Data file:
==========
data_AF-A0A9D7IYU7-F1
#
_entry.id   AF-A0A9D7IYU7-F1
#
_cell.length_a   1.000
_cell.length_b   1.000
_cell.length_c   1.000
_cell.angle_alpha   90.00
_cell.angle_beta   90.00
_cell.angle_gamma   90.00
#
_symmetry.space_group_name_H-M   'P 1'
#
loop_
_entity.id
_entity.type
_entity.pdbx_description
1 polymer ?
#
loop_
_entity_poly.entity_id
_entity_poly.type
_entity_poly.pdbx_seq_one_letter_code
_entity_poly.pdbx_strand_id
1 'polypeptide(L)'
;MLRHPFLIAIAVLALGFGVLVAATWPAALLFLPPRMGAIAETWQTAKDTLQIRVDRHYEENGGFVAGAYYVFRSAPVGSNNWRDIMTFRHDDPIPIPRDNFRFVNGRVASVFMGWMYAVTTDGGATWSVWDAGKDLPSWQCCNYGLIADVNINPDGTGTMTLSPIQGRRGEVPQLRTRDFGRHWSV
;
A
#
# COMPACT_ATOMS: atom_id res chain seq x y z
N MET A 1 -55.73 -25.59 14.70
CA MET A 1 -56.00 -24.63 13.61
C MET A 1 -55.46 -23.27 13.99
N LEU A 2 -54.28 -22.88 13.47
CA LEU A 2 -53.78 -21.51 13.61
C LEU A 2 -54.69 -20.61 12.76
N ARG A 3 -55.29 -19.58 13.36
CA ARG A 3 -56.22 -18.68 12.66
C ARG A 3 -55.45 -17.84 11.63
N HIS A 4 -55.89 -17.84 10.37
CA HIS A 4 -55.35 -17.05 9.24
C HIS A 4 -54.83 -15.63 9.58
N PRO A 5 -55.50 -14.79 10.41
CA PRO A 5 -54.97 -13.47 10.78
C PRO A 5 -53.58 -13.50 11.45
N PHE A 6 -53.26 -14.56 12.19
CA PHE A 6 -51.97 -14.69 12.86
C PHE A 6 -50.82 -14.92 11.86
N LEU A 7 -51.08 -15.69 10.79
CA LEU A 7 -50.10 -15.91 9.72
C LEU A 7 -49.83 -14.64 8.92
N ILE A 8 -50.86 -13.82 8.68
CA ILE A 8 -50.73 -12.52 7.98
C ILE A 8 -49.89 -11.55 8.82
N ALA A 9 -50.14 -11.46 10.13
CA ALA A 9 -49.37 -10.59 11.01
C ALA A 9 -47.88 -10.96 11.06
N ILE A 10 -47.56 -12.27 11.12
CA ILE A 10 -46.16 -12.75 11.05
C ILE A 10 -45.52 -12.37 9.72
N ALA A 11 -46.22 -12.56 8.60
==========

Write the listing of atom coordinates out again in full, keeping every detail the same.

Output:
data_AF-A0A9D7IYU7-F1
#
_entry.id   AF-A0A9D7IYU7-F1
#
_cell.length_a   1.000
_cell.length_b   1.000
_cell.length_c   1.000
_cell.angle_alpha   90.00
_cell.angle_beta   90.00
_cell.angle_gamma   90.00
#
_symmetry.space_group_name_H-M   'P 1'
#
loop_
_entity.id
_entity.type
_entity.pdbx_description
1 polymer ?
#
loop_
_entity_poly.entity_id
_entity_poly.type
_entity_poly.pdbx_seq_one_letter_code
_entity_poly.pdbx_strand_id
1 'polypeptide(L)'
;MLRHPFLIAIAVLALGFGVLVAATWPAALLFLPPRMGAIAETWQTAKDTLQIRVDRHYEENGGFVAGAYYVFRSAPVGSNNWRDIMTFRHDDPIPIPRDNFRFVNGRVASVFMGWMYAVTTDGGATWSVWDAGKDLPSWQCCNYGLIADVNINPDGTGTMTLSPIQGRRGEVPQLRTRDFGRHWSV
;
A
#
# COMPACT_ATOMS: atom_id res chain seq x y z
N MET A 1 -55.73 -25.59 14.70
CA MET A 1 -56.00 -24.63 13.61
C MET A 1 -55.46 -23.27 13.99
N LEU A 2 -54.28 -22.88 13.47
CA LEU A 2 -53.78 -21.51 13.61
C LEU A 2 -54.69 -20.61 12.76
N ARG A 3 -55.29 -19.58 13.36
CA ARG A 3 -56.22 -18.68 12.66
C ARG A 3 -55.45 -17.84 11.63
N HIS A 4 -55.89 -17.84 10.37
CA HIS A 4 -55.35 -17.05 9.24
C HIS A 4 -54.83 -15.63 9.58
N PRO A 5 -55.50 -14.79 10.41
CA PRO A 5 -54.97 -13.47 10.78
C PRO A 5 -53.58 -13.50 11.45
N PHE A 6 -53.26 -14.56 12.19
CA PHE A 6 -51.97 -14.69 12.86
C PHE A 6 -50.82 -14.92 11.86
N LEU A 7 -51.08 -15.69 10.79
CA LEU A 7 -50.10 -15.91 9.72
C LEU A 7 -49.83 -14.64 8.92
N ILE A 8 -50.86 -13.82 8.68
CA ILE A 8 -50.73 -12.52 7.98
C ILE A 8 -49.89 -11.55 8.82
N ALA A 9 -50.14 -11.46 10.13
CA ALA A 9 -49.37 -10.59 11.01
C ALA A 9 -47.88 -10.96 11.06
N ILE A 10 -47.56 -12.27 11.12
CA ILE A 10 -46.16 -12.75 11.05
C ILE A 10 -45.52 -12.37 9.72
N ALA A 11 -46.22 -12.56 8.60